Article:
A coalition of nurses' unions on Monday demanded their members be protected in the fight against the coronavirus outbreak threatening to overwhelm the U.S. healthcare system, describing a dysfunctional approach to the pandemic that is putting frontline healthcare workers' lives in danger.
"What nurses see is every hospital operating in haphazard fashion," said Rose Roach, executive director of the Minnesota Nurses Association, in a statement. "No hospital is using the same protocols. No hospital is maintaining the same procedures. They operate differently, day to day, and even shift to shift."
The coronavirus, or COVID-19, global pandemic has already hit the U.S. healthcare system with a fury—exposing insufficient levels of personal protective equipment (PPE) for workers—and the peak of hospitalizations around the nation is not expected for another week or more.
"Instead of answering the demands nurses have been making for months to their employers and elected officials to ensure safe workplaces to protect themselves, their patients, and the public, hospitals have instead sent nurses to the frontlines of the COVID-19 pandemic with bandanas, scarves, and trash bags as protection," said Bonnie Castillo, executive director of National Nurses United (NNU).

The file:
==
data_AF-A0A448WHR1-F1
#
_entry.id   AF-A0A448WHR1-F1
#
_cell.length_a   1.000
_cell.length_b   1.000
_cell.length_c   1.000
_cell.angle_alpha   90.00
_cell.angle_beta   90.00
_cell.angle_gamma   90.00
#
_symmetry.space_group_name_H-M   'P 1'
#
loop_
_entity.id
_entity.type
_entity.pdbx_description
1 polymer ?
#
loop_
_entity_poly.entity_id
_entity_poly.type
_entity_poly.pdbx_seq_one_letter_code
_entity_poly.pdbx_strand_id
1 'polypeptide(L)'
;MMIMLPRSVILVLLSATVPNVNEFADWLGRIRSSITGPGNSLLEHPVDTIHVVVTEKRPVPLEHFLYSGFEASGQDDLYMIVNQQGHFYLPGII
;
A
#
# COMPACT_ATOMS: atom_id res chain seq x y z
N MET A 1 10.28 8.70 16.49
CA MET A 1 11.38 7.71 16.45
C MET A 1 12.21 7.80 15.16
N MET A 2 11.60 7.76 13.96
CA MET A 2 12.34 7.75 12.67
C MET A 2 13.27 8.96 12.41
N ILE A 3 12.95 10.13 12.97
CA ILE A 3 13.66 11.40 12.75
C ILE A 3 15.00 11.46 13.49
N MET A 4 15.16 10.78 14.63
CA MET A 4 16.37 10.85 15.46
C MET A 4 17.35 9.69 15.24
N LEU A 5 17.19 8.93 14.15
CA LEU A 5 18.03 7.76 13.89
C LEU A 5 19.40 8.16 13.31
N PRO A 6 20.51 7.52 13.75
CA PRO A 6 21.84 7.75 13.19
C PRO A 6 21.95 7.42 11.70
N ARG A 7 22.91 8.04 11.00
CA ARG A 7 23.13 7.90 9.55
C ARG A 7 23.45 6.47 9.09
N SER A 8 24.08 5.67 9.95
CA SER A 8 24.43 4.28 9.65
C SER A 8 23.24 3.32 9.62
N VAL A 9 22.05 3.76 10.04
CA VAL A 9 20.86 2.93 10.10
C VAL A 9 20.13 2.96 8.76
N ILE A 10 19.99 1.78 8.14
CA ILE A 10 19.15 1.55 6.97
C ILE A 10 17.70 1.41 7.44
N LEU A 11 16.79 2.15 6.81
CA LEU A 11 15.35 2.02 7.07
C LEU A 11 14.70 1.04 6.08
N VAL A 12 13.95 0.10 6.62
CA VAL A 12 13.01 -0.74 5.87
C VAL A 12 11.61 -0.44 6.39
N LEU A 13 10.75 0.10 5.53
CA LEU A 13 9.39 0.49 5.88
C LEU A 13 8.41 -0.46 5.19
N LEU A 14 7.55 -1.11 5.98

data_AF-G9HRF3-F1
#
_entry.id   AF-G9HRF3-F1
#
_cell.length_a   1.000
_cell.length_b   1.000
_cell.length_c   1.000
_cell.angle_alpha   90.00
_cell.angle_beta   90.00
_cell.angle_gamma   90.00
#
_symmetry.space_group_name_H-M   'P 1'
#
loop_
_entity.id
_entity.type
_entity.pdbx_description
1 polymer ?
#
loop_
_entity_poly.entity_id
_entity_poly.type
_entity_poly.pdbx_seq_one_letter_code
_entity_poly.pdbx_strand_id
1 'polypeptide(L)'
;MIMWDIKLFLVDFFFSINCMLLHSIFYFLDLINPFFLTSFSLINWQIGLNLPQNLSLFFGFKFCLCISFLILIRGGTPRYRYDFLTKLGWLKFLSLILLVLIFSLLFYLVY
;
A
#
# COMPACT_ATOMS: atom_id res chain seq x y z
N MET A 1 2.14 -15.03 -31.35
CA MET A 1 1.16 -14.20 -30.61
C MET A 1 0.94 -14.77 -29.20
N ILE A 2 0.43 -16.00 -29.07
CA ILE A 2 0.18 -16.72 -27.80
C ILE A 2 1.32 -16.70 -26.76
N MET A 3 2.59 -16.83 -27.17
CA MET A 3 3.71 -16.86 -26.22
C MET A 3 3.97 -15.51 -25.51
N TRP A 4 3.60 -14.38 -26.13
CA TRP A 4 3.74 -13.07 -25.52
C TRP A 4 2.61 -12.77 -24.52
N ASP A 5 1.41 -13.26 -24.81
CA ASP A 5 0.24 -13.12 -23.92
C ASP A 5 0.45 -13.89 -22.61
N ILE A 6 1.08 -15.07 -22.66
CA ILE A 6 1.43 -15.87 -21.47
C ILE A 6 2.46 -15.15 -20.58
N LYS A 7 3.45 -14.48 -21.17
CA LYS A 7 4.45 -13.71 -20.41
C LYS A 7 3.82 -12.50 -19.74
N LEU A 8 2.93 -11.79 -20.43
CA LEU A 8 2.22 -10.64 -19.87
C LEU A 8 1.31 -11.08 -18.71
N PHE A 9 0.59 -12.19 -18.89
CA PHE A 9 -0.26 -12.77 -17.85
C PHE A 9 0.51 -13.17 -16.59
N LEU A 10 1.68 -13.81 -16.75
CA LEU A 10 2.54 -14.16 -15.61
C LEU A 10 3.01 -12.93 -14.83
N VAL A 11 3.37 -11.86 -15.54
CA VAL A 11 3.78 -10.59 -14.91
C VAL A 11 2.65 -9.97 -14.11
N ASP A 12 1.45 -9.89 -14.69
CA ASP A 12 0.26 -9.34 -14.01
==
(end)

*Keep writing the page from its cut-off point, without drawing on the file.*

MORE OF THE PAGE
NNU and the Minnesota Nurses Association are joined in the demand by the D.C. Nurses Association, the National Nurses Organizing Committee, the New York State Nurses Association (NYSNA), the Massachusetts Nurses Association (MNA), and the Pennsylvania Association of Staff Nurses and Allied Professionals (PASNAP).
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"The health of our communities and the lives of our families, friends, and neighbors depends on how we protect frontline nurses and healthcare workers right now," said MNA president Donna Kelly-Williams.
As Common Dreams has reported, nurses and other frontline healthcare workers have for over a month raised the alarm over the lack of access to PPE for staff and have demanded a change in how they are treated in hospitals and other healthcare facilities as they confront the coronavirus. The blame for the lack of access, said NYSNA president Judy Sheridan-González, rests squarely on a system that operates for profit, not human life and health.
"We now bear the full brunt of a healthcare system rendered dysfunctional after years of relentless funding cuts for public health, while generating obscene profits for corporate interests," said Sheridan-González. "Life-protecting, life-saving equipment should have been assembled, trained practitioners should have been mobilized en masse, infrastructure should have been up and running, arming us with the tools to confront the most devastating crisis of our lifetime."
The coalition stressed that time is slipping away to change the tide but that there was still an opportunity for the federal government to step in and ensure standard practices are followed.
"Inaction has put us and our families at risk" said PASNAP president Maureen May. "Congress and the White House must act now and use the Defense Production Act to get personal protective equipment into our hospitals without further delay."